We want young people to be confident with ‘computational thinking’, and aware of how technology and data are the foundations of today’s society. If we can achieve this, we believe that it will benefit both young people and our economy.
In a speech at the Mashable +Social Good Conference hosted at BT Centre in London on Friday 27th March, BT’s CEO Gavin Patterson said: “We have a paradox in the UK. Young people are surrounded by technology yet so many are not tech literate.”
To help tackle this paradox, the new BT Tech Literacy programme will start by:
Understanding how parents, teachers and young people really think, feel and act about tech concepts
We’re commissioning nationwide research which will help design a new tech programme that meets real needs
Supporting teachers better
We’re funding workshops for more schools and primary school teachers this academic year.
This will extend the reach of the government-funded programme which was planned to finish at the end of March 2015
Equipping UK schools to champion tech literacy
We’re analysing schools’ levels of connectivity to understand the barriers and challenges they face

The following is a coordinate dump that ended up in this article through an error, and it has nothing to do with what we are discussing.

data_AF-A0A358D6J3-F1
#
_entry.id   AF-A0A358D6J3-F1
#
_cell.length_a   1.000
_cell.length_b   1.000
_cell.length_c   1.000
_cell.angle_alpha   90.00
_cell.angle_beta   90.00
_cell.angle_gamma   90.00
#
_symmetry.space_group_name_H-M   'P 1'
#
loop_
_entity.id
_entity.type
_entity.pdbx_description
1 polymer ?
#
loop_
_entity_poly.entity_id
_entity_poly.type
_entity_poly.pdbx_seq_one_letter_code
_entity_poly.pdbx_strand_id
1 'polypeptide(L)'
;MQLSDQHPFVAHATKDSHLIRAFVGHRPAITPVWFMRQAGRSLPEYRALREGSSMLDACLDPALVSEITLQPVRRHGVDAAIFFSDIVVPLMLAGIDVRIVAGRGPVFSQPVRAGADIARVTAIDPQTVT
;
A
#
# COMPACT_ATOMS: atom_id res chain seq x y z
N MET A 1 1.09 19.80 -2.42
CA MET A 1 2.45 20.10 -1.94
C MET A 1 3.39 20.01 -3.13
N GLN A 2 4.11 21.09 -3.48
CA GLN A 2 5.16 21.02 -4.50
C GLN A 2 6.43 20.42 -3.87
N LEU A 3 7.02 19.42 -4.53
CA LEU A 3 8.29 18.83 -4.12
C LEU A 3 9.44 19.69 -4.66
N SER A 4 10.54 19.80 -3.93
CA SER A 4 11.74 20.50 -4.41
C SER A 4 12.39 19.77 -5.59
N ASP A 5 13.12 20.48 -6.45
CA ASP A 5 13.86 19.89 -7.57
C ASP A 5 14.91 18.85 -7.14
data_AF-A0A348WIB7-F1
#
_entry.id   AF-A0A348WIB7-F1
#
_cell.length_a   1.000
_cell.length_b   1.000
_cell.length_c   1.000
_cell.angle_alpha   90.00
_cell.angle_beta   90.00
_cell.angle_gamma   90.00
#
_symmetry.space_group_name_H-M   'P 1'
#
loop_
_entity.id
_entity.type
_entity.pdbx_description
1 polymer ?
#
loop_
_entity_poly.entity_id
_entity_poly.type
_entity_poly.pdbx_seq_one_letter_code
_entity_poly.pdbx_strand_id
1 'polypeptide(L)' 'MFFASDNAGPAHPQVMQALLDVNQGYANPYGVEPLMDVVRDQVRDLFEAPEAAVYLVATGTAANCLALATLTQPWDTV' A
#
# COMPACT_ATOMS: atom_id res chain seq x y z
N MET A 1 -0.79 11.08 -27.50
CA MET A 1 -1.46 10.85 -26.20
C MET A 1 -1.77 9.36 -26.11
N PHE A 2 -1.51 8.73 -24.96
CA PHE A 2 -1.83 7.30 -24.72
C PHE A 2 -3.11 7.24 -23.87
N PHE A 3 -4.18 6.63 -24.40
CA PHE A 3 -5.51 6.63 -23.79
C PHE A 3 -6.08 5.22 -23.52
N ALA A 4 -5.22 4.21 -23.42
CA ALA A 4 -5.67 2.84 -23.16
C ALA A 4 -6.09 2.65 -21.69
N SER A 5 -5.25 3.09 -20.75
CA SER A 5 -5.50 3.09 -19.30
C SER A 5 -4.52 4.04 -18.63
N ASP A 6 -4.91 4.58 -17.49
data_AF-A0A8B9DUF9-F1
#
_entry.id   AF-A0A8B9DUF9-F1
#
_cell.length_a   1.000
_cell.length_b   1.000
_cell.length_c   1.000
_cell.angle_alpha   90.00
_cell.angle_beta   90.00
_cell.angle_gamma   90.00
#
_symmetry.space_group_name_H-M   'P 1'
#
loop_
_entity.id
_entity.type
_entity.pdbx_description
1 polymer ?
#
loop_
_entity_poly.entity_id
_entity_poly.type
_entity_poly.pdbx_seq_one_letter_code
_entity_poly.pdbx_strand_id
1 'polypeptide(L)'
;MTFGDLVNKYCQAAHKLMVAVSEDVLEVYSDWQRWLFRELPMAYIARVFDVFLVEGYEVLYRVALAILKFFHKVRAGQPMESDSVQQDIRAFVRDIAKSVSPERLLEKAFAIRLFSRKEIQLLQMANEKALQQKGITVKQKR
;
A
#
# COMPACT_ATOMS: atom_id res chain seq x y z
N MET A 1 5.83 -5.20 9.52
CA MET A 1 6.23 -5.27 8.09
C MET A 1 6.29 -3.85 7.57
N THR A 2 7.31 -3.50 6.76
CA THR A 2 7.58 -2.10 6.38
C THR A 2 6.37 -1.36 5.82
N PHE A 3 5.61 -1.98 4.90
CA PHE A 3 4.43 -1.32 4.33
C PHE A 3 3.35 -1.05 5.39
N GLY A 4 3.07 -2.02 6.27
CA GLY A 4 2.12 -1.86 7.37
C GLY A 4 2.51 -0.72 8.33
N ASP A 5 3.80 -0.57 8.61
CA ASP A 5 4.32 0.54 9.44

This is a long-term commitment for BT. We expect that it will take a whole school generation. As our first goal, we want to reach five million children by 2020.
The BT Tech Literacy programme builds on the work we’ve already been doing with the Barefoot Computing programme. We developed the teaching resources in use nationwide, and many BT people have volunteered their time to deliver many of the training sessions for teachers.
Lots of other groups are working on different aspects of the tech literacy challenge – including schools, colleges, the government, not-for-profit organisations, campaigning groups and social networks. We already work with many of them, and we look forward to others joining us.
Follow the conversation on Twitter using #TechLiteracy